Frame the argument. At KS3 we use a writing-frame to structure the response and discuss how a persuasive piece of writing frequently uses the same elements. It starts by asserting the position of the writer; justifies the position with coherent arguments; acknowldges alternative opinions; challenges and criticises those opinions; and finishes with the most persuasive point left in the armoury. The big-bang finish. The hardest part students encounter in this stage is working out justifications for the points they ‘disagree’ with. This is why the writing frame only asks for two alternative points to be given when students have previously selected three cards – they can choose the two they can best find a convincing point to justify (that they don’t agree with).
Test out the power of the arguments. Once students have drafted their discursive piece select students to listen to – and respond – to various students’ lines of argument. I’ve tried this with a PPPB Q&A review – Pose the challenge of finding their strongest argument but think about why someone else might criticise it, Pause for thinking time, Pounce on a student, then Bouce it to someone else (often of their choice) to react. The ‘bouncee’ can use the ACE technique to respond: (Accept the argument but say why, Comment on the argument further, or Explain/Expand the point). On other occasions I’ve put those ‘in favour’ of seal harvesting on one side of the room, ‘against’ on the other and they ping-pong the debate backwards and forwards – criticising the previous point by the opposition group before asserting their own argument. A third group of students act as jury to vote on which side best defended the criticisms made of their arguments and landing most significant ‘hits’ on the other side. Using this as an interim between the drafting and the final version – it allows students to add to their arguments, change their rankings or even change the perspective they wish to pursue. It makes the final discursive written piece stronger and helps weaker students find a range of reasons they feel comfortable writing about.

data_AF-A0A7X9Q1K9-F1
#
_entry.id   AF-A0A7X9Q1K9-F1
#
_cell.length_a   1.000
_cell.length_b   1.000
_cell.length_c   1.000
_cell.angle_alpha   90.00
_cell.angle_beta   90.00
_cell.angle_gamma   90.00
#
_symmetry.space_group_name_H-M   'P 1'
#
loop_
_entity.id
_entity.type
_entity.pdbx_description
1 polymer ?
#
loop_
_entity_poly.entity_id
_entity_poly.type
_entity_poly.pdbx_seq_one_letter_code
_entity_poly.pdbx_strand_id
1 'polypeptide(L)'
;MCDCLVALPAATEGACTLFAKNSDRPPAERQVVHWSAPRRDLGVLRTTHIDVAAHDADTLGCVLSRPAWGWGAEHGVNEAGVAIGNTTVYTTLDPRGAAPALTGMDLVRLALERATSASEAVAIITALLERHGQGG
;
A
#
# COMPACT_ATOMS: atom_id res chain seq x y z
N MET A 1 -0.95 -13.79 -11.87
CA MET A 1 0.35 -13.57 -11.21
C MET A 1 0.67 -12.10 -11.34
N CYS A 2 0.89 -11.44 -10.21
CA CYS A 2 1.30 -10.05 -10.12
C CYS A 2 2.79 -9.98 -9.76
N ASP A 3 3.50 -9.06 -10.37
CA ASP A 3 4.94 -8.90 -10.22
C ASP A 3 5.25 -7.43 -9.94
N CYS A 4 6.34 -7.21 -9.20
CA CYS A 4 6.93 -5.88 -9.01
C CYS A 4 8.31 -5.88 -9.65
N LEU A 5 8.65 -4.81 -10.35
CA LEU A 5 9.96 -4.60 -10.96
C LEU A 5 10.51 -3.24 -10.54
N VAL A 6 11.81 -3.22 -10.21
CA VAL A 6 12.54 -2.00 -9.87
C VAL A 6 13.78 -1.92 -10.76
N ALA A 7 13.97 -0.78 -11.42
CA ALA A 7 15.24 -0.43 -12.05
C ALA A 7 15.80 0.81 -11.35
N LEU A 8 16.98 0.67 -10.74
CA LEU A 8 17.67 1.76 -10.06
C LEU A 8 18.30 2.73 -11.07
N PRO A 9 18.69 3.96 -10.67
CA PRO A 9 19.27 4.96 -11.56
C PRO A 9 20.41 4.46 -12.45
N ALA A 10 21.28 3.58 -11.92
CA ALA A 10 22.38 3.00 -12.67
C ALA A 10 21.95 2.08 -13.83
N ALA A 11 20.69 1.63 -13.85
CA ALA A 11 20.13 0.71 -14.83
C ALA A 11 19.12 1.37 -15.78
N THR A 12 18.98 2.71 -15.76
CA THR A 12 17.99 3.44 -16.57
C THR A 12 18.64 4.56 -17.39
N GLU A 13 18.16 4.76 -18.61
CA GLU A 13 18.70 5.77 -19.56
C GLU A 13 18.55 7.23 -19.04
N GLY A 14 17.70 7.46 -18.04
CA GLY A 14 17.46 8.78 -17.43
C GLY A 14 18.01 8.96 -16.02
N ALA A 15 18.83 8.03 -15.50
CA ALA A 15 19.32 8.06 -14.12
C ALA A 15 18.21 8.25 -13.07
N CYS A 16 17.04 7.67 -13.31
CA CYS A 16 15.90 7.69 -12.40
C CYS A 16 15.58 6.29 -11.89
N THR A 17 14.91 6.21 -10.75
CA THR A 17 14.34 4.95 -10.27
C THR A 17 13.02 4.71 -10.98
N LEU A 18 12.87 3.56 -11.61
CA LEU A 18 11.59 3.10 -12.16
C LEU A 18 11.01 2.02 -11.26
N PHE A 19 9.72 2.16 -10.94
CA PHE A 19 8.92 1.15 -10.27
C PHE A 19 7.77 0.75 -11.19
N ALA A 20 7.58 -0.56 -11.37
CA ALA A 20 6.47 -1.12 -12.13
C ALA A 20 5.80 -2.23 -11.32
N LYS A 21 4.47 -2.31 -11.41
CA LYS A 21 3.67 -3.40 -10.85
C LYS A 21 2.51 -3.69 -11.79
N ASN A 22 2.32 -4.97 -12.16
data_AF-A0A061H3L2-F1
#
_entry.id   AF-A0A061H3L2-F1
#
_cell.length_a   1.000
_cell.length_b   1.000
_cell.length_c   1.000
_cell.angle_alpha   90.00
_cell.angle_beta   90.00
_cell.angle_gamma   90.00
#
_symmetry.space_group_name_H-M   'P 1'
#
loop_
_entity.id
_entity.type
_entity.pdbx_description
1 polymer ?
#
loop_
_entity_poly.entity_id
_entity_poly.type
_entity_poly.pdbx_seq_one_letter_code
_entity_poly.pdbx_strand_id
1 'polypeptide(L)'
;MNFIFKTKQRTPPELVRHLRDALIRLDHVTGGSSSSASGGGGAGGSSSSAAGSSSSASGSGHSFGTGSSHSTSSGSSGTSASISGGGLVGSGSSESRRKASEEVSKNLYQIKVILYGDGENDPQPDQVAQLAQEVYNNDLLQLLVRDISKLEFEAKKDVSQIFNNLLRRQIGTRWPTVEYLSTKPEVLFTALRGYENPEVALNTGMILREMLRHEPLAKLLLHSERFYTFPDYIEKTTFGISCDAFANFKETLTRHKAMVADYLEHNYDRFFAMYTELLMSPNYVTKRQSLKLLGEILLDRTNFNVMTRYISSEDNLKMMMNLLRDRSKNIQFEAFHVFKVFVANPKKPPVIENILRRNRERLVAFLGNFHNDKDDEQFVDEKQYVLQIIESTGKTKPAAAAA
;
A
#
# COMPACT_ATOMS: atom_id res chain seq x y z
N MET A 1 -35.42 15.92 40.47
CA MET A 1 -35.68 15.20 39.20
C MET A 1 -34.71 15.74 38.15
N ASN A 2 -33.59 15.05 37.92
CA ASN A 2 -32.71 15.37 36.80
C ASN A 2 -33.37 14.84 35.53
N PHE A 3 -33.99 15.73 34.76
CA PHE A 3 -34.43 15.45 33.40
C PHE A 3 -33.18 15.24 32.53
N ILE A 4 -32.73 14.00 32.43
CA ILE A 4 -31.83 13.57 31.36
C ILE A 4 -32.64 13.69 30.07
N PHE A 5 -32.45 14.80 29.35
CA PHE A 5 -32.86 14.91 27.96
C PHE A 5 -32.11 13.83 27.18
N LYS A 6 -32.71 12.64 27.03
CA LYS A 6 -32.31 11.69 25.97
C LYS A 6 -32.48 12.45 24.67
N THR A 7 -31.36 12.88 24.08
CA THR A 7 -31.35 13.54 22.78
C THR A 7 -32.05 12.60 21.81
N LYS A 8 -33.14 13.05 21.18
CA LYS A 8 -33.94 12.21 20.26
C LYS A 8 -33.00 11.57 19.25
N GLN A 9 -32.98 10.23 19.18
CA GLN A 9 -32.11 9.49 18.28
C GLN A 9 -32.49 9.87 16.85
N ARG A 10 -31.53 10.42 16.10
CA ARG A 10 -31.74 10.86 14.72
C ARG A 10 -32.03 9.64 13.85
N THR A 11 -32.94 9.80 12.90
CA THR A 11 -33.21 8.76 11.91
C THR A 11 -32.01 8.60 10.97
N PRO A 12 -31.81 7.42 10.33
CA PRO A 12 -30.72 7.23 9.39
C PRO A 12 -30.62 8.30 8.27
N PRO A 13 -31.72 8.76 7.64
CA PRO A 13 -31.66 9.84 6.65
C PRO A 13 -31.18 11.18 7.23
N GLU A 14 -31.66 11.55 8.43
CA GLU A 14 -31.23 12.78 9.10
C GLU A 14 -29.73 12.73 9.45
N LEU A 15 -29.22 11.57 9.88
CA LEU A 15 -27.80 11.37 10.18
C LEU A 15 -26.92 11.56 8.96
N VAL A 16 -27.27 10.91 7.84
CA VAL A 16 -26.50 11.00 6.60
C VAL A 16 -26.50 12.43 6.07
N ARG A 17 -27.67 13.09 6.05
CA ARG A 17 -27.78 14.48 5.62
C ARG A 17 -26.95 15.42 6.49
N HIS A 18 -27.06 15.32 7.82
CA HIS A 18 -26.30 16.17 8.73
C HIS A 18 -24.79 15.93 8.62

I’ve rarely failed to be impressed where students take their thinking and quality discursive written answers when encouraged to follow this template. As in all things – it’s about practice, practice and more practice until it becomes automatic – they rehearse organising their platform of strongest arguments, defending their position, second-guessing the criticisms, and preparing their evidence to undermine contrary views. And if any students baulk at the thought of repeated practice of any useful technique (if?…when!) – then consider showing them what repeated practice can do. Thanks due to my great department colleague @BryonyShelby who has been showing her GCSE groups what dedicated practice does for the All Blacks……simply amazing. Faculty BBQs are going to be something else this summer.